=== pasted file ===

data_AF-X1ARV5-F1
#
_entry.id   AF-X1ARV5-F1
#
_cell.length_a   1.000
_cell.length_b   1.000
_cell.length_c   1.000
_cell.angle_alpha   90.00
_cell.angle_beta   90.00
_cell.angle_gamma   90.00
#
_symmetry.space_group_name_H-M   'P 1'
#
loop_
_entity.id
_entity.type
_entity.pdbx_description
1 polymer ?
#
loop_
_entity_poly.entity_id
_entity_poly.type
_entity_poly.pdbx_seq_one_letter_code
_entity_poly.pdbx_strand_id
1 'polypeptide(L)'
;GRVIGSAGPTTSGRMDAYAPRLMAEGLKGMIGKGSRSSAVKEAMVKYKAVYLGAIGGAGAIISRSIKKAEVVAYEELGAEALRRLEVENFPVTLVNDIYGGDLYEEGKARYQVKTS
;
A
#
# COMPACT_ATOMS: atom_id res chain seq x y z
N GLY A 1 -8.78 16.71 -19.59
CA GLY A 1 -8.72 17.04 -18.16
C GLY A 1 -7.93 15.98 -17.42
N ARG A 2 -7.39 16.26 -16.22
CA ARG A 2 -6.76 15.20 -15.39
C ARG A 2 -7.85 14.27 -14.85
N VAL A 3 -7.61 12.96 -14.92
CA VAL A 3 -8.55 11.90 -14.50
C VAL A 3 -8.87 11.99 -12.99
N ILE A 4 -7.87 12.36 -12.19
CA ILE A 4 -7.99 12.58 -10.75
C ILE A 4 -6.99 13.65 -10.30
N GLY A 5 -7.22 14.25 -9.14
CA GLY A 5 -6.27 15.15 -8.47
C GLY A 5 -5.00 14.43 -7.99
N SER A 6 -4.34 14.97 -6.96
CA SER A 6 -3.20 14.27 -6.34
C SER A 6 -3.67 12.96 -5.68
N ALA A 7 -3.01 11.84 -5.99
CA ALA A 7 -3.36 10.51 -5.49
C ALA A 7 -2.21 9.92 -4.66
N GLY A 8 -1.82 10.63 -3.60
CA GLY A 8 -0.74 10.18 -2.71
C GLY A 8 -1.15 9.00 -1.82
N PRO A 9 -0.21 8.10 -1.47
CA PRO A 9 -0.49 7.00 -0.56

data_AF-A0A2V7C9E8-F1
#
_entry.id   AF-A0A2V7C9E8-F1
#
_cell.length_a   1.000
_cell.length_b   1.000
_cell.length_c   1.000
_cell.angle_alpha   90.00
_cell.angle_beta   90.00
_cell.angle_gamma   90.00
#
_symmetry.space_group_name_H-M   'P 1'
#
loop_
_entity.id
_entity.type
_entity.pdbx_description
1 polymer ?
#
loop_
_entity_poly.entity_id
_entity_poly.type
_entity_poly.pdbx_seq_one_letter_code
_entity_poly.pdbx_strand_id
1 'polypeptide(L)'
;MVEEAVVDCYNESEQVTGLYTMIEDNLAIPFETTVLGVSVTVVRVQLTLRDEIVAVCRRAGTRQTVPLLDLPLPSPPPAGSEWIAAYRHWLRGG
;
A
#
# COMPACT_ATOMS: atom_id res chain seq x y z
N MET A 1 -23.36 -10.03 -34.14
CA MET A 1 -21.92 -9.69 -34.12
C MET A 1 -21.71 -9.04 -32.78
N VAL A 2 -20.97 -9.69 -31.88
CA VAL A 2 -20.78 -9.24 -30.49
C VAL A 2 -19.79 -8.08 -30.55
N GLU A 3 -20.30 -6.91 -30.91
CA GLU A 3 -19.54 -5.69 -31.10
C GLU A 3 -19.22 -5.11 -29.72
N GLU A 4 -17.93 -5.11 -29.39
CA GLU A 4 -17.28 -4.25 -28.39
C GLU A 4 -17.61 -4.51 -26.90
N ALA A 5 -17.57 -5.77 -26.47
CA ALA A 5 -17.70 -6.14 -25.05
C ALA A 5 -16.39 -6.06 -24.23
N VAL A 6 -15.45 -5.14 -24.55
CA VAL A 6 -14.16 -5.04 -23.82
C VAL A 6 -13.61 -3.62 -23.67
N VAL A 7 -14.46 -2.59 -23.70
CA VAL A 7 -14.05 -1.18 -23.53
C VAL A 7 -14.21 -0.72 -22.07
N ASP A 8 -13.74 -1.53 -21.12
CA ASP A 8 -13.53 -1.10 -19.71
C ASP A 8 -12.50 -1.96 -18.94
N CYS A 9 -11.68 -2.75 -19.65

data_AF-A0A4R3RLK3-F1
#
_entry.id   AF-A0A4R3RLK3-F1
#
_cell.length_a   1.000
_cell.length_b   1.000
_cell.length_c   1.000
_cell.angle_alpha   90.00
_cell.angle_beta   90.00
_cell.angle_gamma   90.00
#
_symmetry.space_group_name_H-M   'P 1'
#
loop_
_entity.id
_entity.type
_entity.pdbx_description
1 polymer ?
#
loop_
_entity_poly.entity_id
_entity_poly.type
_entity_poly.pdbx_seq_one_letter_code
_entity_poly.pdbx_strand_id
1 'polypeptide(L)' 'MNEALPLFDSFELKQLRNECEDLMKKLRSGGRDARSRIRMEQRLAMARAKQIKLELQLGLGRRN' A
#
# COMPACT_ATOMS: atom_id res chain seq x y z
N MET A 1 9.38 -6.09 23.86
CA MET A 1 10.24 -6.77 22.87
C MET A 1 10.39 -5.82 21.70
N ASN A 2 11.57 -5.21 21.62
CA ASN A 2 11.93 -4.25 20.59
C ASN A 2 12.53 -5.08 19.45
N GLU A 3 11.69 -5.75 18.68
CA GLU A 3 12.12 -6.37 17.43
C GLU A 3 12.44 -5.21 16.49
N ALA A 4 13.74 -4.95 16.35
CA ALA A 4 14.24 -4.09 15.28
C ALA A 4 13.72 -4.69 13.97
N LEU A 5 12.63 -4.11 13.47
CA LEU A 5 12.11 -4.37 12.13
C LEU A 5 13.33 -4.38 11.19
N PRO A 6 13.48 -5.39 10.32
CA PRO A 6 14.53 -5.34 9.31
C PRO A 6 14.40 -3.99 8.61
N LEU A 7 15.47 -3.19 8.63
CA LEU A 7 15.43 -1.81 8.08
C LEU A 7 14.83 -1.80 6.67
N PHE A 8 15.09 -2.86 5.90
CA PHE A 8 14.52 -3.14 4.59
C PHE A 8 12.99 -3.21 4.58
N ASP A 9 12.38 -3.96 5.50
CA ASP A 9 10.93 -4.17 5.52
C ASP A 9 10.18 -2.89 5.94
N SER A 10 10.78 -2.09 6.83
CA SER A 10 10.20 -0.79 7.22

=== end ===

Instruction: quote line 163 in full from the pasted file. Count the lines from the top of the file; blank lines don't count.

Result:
N ASP A 9 12.38 -3.96 5.50